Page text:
If each life is a multiplicity, Calvino still imagines the writer as fundamentally influenced by two mythological figures: Hermes-Mercury, the fleet-footed god of communication, and Chronos-Saturn, the ponderous god of melancholic introspection. ‘I am a Saturn who dreams of being a Mercury,’ he admits, ‘and everything I write reflects these two impulses.’ These are liberating words of solace for those writers, including me, who sometimes find the extroversion and sociability the métier of art writing requires at odds with the thoughtful, slow and empty time needed to process what I have seen. I’m no wallflower, but I do find myself, chin in hand, eyeing the Mercuries with envy.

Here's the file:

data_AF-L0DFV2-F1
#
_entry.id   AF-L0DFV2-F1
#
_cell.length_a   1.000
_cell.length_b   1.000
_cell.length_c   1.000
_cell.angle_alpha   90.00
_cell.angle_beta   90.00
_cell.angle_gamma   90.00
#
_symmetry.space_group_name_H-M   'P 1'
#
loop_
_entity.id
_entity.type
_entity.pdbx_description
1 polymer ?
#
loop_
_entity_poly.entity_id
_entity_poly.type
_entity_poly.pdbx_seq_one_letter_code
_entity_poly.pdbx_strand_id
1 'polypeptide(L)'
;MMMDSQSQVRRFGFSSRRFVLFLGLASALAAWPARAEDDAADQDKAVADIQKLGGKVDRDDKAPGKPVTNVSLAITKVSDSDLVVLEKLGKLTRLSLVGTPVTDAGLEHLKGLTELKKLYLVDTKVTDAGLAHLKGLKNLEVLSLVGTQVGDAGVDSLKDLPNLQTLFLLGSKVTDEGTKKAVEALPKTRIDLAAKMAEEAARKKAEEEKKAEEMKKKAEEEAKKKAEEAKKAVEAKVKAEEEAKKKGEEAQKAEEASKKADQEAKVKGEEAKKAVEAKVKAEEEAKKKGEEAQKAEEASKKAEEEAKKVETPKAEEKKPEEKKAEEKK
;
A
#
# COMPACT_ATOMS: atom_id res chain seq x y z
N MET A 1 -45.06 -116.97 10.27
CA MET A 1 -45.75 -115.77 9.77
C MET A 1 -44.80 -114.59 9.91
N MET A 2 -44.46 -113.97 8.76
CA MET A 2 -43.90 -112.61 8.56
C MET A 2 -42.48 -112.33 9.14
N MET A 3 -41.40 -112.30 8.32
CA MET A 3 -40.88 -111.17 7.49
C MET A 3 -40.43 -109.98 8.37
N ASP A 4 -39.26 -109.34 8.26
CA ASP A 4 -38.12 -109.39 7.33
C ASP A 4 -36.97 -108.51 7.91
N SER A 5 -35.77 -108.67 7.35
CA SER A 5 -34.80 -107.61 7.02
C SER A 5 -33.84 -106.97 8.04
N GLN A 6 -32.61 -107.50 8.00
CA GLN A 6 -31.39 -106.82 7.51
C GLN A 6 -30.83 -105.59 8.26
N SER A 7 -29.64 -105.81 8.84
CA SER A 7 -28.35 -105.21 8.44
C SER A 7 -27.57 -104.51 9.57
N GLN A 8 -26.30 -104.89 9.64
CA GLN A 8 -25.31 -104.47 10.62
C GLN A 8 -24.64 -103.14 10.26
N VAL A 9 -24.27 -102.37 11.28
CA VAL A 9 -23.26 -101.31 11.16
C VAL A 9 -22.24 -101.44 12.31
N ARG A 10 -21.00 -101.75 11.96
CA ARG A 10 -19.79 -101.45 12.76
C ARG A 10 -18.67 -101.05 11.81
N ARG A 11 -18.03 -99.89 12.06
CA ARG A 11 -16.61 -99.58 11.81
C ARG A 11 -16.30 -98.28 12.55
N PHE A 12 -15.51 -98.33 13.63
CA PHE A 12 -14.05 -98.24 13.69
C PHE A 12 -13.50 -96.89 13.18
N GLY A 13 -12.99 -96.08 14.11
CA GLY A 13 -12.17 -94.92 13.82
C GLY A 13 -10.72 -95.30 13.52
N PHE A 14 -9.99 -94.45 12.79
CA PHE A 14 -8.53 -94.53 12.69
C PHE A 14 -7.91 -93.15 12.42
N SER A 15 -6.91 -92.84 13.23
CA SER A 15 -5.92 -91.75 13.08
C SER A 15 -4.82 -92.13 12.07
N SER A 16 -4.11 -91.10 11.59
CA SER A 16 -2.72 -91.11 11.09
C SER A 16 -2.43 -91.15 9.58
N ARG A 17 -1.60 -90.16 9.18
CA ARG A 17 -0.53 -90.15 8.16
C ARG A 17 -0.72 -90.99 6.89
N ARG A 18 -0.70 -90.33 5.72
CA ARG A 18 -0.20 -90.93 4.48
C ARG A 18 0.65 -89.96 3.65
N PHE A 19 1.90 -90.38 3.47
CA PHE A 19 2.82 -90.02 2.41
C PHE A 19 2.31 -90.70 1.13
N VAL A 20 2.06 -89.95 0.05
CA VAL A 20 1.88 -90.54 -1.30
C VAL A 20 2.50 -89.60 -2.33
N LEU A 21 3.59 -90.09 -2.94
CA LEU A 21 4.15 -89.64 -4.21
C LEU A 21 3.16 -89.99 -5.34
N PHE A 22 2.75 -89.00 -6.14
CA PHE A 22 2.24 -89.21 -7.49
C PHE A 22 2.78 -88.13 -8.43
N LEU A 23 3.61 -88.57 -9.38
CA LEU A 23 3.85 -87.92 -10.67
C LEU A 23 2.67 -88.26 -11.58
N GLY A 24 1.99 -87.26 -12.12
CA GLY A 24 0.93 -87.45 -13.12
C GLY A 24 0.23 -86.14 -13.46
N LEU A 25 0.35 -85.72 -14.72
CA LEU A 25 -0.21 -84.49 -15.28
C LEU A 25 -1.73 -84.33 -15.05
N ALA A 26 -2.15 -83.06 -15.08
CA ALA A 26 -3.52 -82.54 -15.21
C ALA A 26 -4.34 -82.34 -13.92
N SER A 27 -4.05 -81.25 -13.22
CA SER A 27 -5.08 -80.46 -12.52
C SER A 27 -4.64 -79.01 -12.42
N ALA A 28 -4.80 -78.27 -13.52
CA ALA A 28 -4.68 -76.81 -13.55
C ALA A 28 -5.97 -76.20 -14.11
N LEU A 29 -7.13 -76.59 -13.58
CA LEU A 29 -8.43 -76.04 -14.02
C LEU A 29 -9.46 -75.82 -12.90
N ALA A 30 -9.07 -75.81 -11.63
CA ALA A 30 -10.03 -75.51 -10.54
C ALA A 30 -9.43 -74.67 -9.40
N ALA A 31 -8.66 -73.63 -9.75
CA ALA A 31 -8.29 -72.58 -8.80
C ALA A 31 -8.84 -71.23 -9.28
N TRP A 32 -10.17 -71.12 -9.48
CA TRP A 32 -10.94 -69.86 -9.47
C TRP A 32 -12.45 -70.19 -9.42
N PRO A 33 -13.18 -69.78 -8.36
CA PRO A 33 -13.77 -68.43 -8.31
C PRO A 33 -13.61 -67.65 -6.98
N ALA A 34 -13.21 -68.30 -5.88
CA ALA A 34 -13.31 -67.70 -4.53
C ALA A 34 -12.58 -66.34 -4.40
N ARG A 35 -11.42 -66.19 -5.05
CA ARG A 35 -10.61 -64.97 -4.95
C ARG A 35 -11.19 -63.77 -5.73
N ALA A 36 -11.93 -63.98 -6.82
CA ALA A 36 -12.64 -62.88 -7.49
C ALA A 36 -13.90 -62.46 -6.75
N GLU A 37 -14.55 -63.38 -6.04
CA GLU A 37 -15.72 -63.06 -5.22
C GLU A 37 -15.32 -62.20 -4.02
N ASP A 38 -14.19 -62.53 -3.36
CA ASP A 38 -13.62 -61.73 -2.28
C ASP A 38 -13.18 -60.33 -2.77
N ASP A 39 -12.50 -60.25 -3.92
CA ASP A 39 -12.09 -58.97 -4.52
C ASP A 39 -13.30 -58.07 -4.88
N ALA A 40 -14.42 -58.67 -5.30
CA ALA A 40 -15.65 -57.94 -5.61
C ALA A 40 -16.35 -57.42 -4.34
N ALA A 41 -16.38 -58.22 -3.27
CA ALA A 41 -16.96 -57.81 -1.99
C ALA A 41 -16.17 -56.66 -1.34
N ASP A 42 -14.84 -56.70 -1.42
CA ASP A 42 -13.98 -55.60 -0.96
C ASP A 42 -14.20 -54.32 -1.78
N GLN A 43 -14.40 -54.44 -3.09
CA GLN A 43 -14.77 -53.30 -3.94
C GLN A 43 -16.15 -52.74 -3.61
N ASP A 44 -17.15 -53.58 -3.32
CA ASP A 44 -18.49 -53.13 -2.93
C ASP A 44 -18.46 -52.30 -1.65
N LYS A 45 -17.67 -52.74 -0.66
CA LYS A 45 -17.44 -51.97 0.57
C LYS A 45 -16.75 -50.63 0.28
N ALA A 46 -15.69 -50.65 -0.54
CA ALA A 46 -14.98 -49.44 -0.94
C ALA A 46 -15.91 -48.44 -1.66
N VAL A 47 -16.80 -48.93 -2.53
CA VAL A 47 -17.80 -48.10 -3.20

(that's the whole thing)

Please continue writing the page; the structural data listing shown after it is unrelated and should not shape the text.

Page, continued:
Visibility is the value we might most readily associate with the task of the art writer, as a principal aim is to conjure up the visual and direct a reader’s focus to it through textual equivalents. The beauty of Calvino’s writing resides in its constant and joyous shuttle between the verbal and the visual realms. Few have excelled as he did at identifying and cultivating the processes by which words generate mental images and images inspire the manufacture of texts. For Calvino, ‘the word connects the visible trace with the invisible thing, the absent thing, the thing that is desired or feared, like a frail emergency bridge flung over an abyss.’ Shouldn’t we all be flinging such bridges? Shouldn’t we, in this millennium and in honour of his lost memo on consistency, embrace the values Calvino sought to save?